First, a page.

TOM JENKINS: Probably right hand grip. The right hand grip is way too strong and underneath the club too much in the palm of their hand. I tell people that like in most probably the baby boomer generation and older, you know, I kind of throw an analogy at them of most of the people in the audiences at that age I ask them if they have ever pitched pennies before. And they go, well, yeah, we pitched pennies. I said, well, where do you hold the penny in your hand when you pitch a penny against a wall? And they all go, well — I said, get a penny out or a coin and hold it like you're going to throw it against the wall. They take the coin out and they put it in their fingertips. I said, well, that's where you got to hold the golf club to be a good short game player. That's where your touch is in the fingertips. But most people tend to grip it down in their palm and it is way way too strong. The right side is way too strong and tight. That's the first thing that I usually change with people in my pro-am groups is their right hand grip it is way too strong. And then the second thing is their alignment is too square. They get too — their body — their body is too square to the target. They don't want to get open enough. Which when you get too square, then it tends to have a left hand breakdown going through and you need to get more and more open as the closer you get to the target. And then the third thing would be that their weight is too much on their back foot. Those three things need to be adjusted most of the, I would say 90 percent of the amateurs I play with in our Thursday pro-ams that I play in I mention every week to people. I was thinking about maybe making a little tape and giving them a tape after my Thursday pro-am round, you know, but.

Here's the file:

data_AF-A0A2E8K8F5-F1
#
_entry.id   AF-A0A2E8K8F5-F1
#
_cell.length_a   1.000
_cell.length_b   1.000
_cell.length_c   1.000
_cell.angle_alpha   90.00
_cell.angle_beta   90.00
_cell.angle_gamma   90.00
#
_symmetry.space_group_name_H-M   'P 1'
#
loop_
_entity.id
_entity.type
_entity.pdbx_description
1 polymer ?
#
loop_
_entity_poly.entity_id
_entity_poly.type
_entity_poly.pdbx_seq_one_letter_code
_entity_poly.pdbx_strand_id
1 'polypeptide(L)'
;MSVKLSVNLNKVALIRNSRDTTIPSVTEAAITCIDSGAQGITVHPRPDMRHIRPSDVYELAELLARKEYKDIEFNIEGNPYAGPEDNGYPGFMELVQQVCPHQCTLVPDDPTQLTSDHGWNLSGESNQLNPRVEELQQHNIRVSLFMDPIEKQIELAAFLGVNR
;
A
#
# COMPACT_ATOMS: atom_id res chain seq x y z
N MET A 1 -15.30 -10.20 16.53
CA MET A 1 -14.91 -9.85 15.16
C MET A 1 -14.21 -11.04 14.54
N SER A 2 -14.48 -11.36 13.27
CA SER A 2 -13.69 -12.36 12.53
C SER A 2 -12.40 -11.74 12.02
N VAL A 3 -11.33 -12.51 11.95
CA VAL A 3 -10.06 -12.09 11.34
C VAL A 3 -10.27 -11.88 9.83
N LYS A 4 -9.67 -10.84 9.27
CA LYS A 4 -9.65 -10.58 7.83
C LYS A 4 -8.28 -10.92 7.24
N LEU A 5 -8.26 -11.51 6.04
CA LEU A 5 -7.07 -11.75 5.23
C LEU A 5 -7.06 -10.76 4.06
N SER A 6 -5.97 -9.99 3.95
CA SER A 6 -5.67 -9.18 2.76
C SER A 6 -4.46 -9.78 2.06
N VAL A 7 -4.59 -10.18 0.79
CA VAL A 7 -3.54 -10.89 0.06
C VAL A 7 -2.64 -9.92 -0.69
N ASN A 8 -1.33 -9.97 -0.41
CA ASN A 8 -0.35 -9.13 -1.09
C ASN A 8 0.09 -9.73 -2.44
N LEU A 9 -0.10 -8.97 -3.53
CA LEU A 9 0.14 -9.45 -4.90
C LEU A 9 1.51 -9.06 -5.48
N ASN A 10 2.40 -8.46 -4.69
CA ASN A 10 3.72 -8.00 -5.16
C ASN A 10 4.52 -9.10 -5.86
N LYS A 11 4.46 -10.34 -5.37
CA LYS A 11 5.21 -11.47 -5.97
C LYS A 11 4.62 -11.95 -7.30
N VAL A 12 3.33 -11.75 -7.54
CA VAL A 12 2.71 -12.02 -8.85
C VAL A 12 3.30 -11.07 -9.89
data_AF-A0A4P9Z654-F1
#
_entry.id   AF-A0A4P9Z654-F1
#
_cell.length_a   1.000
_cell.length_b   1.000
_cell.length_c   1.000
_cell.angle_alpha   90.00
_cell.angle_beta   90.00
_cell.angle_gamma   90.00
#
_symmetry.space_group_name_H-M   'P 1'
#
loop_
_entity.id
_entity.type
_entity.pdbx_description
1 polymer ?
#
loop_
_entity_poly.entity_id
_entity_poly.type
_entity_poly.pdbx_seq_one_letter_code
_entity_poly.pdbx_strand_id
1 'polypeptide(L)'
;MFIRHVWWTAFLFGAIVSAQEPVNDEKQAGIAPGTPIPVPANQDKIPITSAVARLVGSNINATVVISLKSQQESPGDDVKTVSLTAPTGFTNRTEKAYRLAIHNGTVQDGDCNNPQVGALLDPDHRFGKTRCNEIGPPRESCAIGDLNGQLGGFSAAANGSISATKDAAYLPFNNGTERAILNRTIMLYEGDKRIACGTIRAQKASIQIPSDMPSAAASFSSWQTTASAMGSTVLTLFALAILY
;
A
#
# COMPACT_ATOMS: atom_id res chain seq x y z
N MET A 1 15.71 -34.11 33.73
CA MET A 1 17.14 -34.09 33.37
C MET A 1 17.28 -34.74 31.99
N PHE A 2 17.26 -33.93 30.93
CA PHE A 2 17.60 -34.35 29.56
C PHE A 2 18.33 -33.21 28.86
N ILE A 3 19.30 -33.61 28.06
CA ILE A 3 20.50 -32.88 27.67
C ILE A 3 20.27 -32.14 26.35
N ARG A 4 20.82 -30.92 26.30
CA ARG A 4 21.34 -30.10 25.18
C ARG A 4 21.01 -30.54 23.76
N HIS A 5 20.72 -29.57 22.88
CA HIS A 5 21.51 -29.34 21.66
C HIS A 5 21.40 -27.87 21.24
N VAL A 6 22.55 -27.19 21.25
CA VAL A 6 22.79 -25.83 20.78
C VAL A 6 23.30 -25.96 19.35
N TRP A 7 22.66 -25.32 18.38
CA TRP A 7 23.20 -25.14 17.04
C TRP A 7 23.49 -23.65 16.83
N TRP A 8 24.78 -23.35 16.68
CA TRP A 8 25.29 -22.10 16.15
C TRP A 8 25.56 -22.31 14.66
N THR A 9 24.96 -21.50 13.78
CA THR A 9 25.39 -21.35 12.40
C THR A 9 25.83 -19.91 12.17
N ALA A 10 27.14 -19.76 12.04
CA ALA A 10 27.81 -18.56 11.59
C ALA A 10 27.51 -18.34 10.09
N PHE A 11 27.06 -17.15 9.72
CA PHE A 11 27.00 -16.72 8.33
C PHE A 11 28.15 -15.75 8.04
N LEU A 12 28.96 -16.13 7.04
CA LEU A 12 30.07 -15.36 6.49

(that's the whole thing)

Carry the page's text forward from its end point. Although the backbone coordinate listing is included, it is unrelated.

JULIUS MASON: Questions? Thanks for coming down today, Tom, I really appreciate it.
TOM JENKINS: Okay. Thanks, guys.